Chop the parsley finely. Chop the onion, and soften it gently in the butter- do not brown the onion or the butter. It should seem that there is too much butter- it will be needed. When the onion is softened, add a good-sized handful of plain flour, and stir it in so that a greasy paste is formed. Add the bayleaf. As soon as the flour and butter are properly and evenly mixed, remove the pan from the heat and add a slosh of the milk. Stir the flour/ butter paste quickly into the milk- it is important to dissolve the paste as evenly as possible in the milk at this stage. There will be enough residual heat in the pan to cause the mixture to thicken very rapidly, and this thickening will also help you to beat out any lumps. As it thickens and sets add some more milk- you can add quite a lot now, and dissolve the thickened sauce thoroughly in the cold milk. Return the pan to the heat and heat it gently, stirring the while so that it does not stick. As it approaches the boiling point, the milky sauce mixture will start to thicken again. Add some more milk to bring the sauce to its desired degree of liquidity and heat it again until it is as thick as it is going to get. Turn off the heat, and stir in the chopped parsley. Taste it and add a pinch of salt, but do not over-salt it. Serve.
This is another traditional dish and is made with a suet pastry. It uses the same set of flavours as are used later in the bacon, onion and potato hotpot, and like all bacon dishes requires no salt to be added, as it has so much already in the bacon. Suet pastry is made in the same way as shortcrust pastry, but using beef suet which can be bought in packets. Scrote must confess that this has not always been very successful, mainly because it is difficult to get the suet pastry to remain light and moist. You may wish to use part self-raising flour, to lighten it.
There is an old Cornish joke here. Three tin miners, sitting down to their lunch, and the one (having the roly-poly) cries, "Who likes ends?" The apprentice, thinking to get the midlle portion with more of the filling in it, cries, "well I don't." "Good" says the miner, cutting it in half, "'cos me and Fred do."To 12 ounces of flour (320 g), add half its weight (6 ounces, 160 g) of suet, and rub the fat into the flour until it takes the appearance of breadcrumbs. Add a seasoning of pepper and herbs (parsley, thyme and/or sage, if liked) to the mixture and mix in a little cold water to form a stiff dough. Do not over-knead the pastry or it will be hardened- handle it as little as can be managed. Roll the dough out on floury board into a long oval, and sprinkle with 6 ounces of bacon pieces and a whole onion chopped (raw). Roll up the pastry to form a roly-poly. Suet pastry can be baked or steamed. Bake in slow (medium to low) oven for two hours. Serve as slices with green vegetables and a sauce to moisten the dish.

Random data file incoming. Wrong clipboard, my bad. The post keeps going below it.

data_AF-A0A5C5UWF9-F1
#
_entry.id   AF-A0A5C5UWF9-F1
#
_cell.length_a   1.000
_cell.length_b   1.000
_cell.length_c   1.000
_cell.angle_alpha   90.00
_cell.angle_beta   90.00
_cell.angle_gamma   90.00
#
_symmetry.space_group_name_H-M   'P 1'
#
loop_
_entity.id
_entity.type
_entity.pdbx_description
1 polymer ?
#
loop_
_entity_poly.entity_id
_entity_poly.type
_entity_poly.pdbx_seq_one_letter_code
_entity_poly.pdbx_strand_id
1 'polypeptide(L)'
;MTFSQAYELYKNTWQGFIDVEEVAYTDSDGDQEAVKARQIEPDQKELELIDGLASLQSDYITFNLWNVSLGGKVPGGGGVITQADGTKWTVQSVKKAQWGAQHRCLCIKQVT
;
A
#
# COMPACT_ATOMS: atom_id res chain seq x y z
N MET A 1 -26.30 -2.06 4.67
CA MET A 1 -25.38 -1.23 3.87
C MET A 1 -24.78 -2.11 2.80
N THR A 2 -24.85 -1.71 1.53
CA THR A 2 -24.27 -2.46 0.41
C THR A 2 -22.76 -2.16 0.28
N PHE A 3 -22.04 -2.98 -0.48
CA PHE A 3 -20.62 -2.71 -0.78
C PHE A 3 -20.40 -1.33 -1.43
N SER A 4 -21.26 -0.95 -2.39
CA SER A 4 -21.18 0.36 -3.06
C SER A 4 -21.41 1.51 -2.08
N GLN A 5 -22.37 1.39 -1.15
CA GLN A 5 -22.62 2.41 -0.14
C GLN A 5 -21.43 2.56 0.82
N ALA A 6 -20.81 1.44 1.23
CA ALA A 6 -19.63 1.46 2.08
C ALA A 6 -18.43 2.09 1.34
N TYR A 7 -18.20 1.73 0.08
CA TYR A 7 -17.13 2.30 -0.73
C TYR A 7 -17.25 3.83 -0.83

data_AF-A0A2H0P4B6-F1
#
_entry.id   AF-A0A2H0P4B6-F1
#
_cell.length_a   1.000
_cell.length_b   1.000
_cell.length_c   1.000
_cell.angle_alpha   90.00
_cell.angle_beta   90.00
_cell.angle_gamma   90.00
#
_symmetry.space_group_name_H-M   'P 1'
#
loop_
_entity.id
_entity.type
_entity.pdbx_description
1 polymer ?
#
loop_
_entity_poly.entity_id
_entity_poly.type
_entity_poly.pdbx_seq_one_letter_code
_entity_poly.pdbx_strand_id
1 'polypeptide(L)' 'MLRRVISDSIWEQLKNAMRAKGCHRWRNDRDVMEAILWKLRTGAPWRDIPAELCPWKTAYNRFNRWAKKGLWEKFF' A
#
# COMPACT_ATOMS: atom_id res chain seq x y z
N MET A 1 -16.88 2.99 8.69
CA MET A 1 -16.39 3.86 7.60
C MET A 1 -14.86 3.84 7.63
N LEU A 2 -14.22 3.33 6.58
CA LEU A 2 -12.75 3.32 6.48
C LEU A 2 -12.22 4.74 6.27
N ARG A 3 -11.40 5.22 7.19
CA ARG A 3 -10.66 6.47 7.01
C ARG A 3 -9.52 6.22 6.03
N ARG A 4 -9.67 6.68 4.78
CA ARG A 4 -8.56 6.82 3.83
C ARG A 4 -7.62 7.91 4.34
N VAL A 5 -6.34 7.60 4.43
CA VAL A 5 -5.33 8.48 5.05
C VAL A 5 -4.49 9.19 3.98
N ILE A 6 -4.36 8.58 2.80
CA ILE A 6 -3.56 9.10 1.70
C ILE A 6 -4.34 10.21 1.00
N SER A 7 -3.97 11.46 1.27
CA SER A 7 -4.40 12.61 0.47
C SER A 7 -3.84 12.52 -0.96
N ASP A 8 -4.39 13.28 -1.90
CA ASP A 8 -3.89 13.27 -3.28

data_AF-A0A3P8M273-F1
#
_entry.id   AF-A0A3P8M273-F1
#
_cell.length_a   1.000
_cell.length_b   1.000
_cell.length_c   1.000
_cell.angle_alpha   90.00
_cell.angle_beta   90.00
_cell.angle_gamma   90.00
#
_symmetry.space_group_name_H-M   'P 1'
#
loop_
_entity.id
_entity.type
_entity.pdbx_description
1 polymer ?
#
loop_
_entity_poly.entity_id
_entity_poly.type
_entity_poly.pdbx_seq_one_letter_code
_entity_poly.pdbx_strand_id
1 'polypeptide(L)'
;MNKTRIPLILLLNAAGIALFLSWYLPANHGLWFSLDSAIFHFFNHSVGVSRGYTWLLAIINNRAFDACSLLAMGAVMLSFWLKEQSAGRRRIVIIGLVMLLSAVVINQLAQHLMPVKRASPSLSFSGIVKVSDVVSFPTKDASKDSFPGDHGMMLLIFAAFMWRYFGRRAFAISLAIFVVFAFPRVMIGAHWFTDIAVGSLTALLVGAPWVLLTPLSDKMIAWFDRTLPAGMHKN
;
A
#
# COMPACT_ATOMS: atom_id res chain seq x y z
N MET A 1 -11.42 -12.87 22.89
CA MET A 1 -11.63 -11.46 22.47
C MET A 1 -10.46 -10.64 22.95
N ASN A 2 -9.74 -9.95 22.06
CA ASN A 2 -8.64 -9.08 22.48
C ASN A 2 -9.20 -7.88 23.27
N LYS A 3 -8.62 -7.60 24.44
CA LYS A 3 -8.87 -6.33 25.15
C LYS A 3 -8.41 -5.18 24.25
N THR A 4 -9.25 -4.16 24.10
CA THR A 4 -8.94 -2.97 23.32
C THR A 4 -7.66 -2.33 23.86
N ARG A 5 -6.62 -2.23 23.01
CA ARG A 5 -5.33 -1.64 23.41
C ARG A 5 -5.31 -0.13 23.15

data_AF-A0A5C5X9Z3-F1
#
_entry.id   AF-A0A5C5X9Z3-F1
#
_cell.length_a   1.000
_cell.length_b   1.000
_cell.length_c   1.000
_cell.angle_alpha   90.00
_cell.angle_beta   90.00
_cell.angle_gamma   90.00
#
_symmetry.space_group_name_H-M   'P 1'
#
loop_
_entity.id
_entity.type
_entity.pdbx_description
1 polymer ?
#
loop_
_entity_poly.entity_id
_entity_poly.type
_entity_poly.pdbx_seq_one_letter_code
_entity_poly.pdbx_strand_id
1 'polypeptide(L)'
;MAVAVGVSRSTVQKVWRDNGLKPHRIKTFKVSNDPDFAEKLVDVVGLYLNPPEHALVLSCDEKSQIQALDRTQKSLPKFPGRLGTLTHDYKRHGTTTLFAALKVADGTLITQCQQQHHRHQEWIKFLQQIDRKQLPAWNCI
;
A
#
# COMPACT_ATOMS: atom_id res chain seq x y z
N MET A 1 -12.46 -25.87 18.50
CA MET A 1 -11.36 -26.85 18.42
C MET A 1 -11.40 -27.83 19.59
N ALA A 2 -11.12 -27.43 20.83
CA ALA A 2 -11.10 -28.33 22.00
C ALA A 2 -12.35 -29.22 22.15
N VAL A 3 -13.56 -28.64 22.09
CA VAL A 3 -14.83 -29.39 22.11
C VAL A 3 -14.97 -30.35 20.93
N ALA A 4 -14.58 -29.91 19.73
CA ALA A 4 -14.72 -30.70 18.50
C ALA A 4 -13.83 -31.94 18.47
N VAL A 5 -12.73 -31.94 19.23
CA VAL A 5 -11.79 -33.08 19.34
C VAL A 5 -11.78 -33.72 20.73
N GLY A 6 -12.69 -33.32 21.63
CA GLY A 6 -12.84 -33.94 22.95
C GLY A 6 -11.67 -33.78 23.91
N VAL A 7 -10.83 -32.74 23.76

Bangers are sausages in England, and supposedly derive their name from the tendency of the impoverished product during the last war to explode during cooking, due to the amount of water in them. Sausages with mashed potato and gravy is another of the great unregarded common dishes of English households still widely eaten, and a delight in winter after a long trudge on a cold grey day.
Although Scrote himself sometimes admits to a slight unease at the sheer number of bees in his particular bonnet, he is particularly suspicious of commercial packet-sausages. He absolutely refuses to buy them, even the 'premium' ones and he loathes and despises the pink sludge of the so-called 'catering' and 'skinless' varieties. Where Scrote lives, he is lucky to still have one or two old-fashioned butchers, the sort with sawdust on their floors, who still make sausages themselves and hang the links up in great hanks above their window display. Although recently it has become a fashion to make weird and wonderful varieties, such as lamb & apple or whatever, for this you want good old-fashioned 'herby' pork sausages with a bit of sage in them, the big fat ones for which you get about eight in a pound's weight. Even raw, they smell wonderful.
In Scrote's view, sausages should not be cooked in a frying-pan, and should never be barbecued, because they stick and split, and end up blackened on the outside and raw inside. Scrote always roasts his sausages in a dish in a medium oven, and he allows a fair amount of time for them to brown and cook right through, 45 minutes to an hour. So the first thing to do is to grease the bottom of an oven dish slightly, arrange the sausages on them and put them into a medium oven.
About half an hour after the sausages go in, start the potatoes for the mash. Peel a good number of potatoes (more than you think), place them in a pan full of cold, salted water, and put them on to boil. Generally they will take about 20 minutes to cook. Check them near the end (they are done when you can push a fork through them). Drain the boiling water from the potatoes (hold the lid on and tip the pan up, but run some cold water down the sink if you have plastic drains.) Add a knob of butter, a splash of milk or cream, and mash the potatoes thoroughly. (You need a potato-masher for this, a sort of iron-mongery grid on the end of a handle. Do not ever put the potatoes into a food-processor, it will turn your mash into a sort of liquid potato-glue.) Mix the mashed potato up thoroughly until it is smooth, and cover the pot so it keeps warm. (If you are a bit ahead of schedule or like your mash piping hot, put it into the oven with the sausages.) Meanwhile, you should also have been making your onion gravy.